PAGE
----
In my last post I talked about new years resolutions and how that subject lead me to setting business goals for myself. With all of the contemplating I was doing with my business goals I decided I wanted to implement the same strategies into my personal life and set some goals for myself as well. As I sat down to write out these personal goals I really started to wrestle with the word GOAL. The goals that I was setting for myself didn’t really feel like goals so much, but more like lifestyle changes or things that I wanted to start incorporating into my daily life in order to grow as a person.
The problem with the word goal, in my opinion, is that goals have an endpoint, they have a due date if you will and that endpoint becomes the subject that we focus on. Don’t get me wrong, goals are great for setting direction for your life but I believe its more about the actions we take to achieve our goals that are important. When we set a goal we create small habits throughout our day to help achieve that goal. This is called an outcome based habit, a habit that we create purely based on the outcome we want to achieve. Once we reach our goal those habits usually fall by the wayside because we were focusing only on the endpoint of the goal.
I have a great example for you, a friend of mine set a goal to run a Tough Mudder Race. This friend hasn’t worked out in years but in the months leading up to the race he started going to the gym to do strength training and run on the treadmill. He did this consistently for two months. When the day of the race came he felt prepared and, although it was still really challenging, he enjoyed himself and was able to finish the race. I cut his hair three weeks later and at that appointment he filled me in on all of the details of the race and talked about how much fun he had. He mentioned how grateful he was that he had physically prepared and that the training had benefited his life in many ways. I thought that was awesome and expected to hear that he was still going to the gym because of all the additional benefits he mentioned. When I asked if he was still training even though the race was over he said that he went to the gym for the first week but then life got too busy and it just wasn’t a priority anymore.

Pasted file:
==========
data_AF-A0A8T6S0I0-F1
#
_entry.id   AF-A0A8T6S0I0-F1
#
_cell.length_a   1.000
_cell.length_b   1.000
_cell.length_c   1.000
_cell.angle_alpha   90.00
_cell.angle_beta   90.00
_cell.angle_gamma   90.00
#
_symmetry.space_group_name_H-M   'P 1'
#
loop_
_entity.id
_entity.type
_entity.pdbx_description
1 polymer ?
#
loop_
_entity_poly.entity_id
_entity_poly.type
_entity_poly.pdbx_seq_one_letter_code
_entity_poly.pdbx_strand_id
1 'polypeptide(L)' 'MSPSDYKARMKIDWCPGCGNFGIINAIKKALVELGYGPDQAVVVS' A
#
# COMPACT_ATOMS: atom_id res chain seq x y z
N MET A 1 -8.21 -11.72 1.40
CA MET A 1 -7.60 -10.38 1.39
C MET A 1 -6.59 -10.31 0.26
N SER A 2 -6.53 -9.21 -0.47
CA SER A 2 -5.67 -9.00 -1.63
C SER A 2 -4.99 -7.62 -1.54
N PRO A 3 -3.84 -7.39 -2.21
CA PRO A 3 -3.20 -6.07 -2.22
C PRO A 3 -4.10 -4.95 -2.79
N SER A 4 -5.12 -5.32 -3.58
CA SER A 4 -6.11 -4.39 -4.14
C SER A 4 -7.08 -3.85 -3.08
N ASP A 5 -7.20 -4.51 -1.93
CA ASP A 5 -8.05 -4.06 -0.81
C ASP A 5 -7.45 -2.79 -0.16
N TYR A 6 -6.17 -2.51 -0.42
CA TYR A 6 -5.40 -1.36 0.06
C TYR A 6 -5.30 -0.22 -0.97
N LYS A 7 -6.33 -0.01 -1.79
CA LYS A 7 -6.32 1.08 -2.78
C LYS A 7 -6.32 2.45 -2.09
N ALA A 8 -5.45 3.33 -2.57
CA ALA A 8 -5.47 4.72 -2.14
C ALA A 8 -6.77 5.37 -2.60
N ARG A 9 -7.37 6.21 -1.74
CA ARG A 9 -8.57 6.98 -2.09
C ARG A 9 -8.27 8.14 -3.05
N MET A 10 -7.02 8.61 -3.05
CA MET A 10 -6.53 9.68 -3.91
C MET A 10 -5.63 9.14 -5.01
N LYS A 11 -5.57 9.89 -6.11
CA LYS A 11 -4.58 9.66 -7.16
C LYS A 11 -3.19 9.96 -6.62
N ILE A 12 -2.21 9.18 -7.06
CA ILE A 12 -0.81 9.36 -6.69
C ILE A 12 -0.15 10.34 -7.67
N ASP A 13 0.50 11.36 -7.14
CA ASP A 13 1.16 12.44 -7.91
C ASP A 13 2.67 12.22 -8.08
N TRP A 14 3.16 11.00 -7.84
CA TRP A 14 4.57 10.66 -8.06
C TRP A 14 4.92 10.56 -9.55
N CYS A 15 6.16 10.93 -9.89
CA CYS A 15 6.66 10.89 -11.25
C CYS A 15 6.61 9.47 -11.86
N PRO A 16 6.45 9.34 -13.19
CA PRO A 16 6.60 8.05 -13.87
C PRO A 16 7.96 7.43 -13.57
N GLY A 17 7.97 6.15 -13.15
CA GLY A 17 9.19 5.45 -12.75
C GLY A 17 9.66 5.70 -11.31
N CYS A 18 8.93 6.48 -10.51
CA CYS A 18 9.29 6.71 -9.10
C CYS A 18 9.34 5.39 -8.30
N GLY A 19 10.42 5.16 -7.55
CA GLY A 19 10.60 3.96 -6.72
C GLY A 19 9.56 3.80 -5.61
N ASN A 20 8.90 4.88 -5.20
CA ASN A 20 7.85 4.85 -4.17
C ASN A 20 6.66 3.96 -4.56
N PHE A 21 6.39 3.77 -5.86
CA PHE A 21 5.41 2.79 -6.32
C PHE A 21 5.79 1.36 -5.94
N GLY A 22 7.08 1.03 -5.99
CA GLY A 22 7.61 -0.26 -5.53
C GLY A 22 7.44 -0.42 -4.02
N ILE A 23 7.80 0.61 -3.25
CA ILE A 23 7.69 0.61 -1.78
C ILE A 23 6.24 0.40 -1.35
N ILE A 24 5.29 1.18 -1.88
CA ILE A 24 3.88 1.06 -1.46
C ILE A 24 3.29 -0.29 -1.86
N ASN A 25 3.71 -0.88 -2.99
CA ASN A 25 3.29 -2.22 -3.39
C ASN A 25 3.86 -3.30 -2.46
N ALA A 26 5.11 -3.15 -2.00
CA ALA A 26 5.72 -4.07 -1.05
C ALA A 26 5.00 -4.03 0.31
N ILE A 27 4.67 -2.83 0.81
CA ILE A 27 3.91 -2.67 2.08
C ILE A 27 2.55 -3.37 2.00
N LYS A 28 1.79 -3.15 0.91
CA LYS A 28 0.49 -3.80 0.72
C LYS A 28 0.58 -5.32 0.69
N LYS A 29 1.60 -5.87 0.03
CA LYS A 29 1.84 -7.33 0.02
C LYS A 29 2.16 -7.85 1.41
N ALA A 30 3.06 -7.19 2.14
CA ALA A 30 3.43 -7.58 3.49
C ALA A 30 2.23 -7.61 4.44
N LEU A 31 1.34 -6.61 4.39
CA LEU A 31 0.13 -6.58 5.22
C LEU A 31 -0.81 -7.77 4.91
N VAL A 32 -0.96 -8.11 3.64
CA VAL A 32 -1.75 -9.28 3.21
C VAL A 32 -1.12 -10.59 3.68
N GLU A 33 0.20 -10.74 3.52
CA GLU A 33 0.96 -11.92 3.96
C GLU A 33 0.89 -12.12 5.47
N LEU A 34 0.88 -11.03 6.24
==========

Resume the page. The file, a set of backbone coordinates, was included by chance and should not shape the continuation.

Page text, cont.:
My friend set a goal to run a race and by doing that he created a new system of habits that changed his life. But because these habits were created to achieve a specific goal of running the race and not necessarily to become a runner or more athletic he stopped the healthy habit of working out and went back to his old ways. This is what happens when we set goals, we focus so much on the results that the positive life changing habits we form to achieve those results slip away once we meet our goal. Therefore setting goals only changes our lives for the moments we are working towards that final achievement.
This brings up an important question: are we really setting goals or trying to create new and improved life? The answer for me is that the personal 'goals' that I had in mind are things that I want to become a part of who I am, a part of how I define myself, a part of my DNA. I want these personal goals to become a part of my identity, daily or weekly habits that create a lifestyle of continuous improvement for the rest of my life. So I had to ask myself some questions: